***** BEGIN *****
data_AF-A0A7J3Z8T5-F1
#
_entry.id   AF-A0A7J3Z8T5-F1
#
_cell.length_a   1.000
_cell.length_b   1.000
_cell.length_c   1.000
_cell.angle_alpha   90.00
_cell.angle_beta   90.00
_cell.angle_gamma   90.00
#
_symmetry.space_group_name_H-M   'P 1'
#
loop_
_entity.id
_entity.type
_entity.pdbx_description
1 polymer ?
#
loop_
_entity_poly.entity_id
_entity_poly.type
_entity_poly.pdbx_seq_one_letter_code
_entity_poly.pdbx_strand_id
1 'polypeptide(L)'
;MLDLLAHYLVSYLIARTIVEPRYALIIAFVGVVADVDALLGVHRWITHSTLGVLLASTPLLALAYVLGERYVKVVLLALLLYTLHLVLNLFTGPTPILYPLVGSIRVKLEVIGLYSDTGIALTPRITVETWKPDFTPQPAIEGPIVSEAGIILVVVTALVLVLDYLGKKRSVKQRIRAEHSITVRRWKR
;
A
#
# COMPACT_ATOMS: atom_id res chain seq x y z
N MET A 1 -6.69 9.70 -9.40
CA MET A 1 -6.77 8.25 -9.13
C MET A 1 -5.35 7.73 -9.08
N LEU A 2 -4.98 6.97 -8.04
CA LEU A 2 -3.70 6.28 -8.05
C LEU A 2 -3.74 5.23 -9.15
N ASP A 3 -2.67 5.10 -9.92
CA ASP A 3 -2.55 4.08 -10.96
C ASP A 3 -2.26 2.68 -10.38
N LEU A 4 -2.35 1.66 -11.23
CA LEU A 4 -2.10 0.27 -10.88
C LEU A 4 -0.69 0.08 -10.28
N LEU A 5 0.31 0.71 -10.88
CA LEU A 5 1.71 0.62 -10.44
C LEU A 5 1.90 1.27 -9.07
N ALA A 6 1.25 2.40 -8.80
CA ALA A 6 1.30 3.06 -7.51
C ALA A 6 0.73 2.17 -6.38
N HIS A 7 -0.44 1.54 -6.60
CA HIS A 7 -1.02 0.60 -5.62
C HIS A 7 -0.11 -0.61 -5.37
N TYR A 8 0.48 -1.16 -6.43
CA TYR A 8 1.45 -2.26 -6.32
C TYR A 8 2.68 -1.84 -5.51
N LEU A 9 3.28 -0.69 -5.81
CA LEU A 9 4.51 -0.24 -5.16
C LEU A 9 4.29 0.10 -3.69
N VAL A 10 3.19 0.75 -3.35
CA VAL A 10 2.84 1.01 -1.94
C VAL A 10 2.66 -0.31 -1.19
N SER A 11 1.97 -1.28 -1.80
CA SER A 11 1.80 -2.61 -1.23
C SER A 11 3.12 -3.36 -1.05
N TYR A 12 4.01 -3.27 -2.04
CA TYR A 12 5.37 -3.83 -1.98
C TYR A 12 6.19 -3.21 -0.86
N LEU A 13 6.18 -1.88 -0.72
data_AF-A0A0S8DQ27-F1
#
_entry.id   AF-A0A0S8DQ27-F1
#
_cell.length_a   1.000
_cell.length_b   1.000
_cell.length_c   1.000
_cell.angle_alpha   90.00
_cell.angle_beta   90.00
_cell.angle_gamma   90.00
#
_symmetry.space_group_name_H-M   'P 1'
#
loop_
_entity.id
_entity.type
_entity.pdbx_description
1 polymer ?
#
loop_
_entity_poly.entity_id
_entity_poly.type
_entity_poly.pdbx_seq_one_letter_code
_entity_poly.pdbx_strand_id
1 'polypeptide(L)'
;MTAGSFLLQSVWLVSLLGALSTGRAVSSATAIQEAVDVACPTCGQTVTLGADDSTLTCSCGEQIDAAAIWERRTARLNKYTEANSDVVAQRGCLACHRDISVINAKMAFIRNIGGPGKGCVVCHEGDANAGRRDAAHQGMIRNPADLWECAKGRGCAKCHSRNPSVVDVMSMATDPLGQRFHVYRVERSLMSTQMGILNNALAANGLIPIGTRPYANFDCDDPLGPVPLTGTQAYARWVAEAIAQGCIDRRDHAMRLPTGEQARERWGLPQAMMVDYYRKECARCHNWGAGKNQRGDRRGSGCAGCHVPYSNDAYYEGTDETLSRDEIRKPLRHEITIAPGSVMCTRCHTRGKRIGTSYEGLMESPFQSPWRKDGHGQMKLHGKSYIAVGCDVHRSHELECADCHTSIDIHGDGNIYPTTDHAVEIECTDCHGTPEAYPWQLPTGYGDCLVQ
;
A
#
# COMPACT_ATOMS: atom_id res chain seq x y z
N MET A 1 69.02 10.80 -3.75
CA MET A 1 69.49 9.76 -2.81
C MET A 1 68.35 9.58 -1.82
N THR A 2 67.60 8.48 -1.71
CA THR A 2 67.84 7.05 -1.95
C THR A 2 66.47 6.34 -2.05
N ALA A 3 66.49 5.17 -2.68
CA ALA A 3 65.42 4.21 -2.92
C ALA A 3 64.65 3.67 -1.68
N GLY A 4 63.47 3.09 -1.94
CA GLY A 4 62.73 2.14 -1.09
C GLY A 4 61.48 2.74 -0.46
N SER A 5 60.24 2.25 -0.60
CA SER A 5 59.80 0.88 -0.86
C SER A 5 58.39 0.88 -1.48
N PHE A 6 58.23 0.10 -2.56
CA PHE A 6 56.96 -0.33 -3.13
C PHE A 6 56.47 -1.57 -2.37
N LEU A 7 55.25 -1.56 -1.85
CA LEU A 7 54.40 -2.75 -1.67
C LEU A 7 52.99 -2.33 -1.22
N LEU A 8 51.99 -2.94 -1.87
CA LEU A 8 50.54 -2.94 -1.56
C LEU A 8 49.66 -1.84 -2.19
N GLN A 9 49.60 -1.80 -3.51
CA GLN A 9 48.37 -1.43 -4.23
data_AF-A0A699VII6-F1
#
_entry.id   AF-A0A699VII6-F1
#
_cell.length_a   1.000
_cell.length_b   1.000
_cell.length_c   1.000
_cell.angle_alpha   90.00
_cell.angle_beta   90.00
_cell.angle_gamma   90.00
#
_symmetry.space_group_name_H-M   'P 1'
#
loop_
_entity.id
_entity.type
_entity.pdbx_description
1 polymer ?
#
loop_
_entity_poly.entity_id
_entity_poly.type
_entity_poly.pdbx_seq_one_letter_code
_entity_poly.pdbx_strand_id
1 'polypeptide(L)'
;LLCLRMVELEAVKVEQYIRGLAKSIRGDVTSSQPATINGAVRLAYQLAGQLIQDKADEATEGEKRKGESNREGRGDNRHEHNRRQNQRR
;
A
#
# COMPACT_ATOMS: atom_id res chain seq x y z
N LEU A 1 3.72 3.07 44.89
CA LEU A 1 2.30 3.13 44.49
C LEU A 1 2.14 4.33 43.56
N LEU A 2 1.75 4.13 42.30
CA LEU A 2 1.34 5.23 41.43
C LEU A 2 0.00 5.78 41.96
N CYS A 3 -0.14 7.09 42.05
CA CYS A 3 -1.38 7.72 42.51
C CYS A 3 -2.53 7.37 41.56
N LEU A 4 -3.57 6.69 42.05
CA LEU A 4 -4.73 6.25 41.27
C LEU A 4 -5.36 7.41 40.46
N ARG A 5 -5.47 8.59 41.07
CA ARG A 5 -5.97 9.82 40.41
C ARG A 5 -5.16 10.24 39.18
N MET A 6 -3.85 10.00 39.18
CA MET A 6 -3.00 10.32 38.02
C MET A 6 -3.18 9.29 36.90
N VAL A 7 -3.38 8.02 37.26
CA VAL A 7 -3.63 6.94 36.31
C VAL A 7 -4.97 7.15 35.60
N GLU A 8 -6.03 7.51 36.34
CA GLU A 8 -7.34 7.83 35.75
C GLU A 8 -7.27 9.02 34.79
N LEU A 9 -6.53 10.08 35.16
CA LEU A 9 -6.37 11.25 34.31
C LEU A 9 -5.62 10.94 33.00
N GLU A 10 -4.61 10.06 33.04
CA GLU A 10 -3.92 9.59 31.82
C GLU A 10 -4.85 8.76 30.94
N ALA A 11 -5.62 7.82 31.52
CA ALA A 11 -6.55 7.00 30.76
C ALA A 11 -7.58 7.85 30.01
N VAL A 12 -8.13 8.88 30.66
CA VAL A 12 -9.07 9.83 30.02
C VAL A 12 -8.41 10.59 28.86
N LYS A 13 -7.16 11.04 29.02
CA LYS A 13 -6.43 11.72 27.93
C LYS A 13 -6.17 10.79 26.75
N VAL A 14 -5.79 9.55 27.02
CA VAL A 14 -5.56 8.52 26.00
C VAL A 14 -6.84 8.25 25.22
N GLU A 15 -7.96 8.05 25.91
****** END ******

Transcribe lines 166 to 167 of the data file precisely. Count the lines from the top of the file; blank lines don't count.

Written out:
N ARG A 5 -5.47 8.59 41.07
CA ARG A 5 -5.97 9.82 40.41